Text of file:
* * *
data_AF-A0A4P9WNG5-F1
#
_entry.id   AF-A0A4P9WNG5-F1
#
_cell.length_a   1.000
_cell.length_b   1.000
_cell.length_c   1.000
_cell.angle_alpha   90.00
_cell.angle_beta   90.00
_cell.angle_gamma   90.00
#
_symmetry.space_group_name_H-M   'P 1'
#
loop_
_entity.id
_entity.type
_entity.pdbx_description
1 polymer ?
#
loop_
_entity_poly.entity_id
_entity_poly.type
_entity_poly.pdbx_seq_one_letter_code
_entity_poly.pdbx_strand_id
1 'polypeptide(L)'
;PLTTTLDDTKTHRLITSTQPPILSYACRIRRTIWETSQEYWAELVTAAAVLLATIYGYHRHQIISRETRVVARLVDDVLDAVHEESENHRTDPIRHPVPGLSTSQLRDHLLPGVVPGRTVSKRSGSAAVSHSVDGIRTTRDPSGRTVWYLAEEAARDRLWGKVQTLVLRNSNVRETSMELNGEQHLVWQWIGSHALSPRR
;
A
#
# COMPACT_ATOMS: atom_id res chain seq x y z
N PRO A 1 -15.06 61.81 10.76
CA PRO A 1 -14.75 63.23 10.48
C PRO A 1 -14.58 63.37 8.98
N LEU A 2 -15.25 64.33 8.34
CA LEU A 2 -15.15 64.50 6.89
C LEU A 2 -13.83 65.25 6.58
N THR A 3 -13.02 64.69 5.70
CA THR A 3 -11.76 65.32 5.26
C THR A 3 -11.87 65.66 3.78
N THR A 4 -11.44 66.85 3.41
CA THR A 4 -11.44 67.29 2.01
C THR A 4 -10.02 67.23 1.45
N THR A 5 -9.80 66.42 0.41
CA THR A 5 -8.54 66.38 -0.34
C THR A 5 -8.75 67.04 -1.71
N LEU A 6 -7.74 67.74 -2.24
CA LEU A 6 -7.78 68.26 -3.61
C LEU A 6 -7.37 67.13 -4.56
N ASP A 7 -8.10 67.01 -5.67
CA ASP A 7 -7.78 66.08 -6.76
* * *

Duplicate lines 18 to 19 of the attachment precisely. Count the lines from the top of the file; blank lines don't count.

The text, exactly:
1 polymer ?
#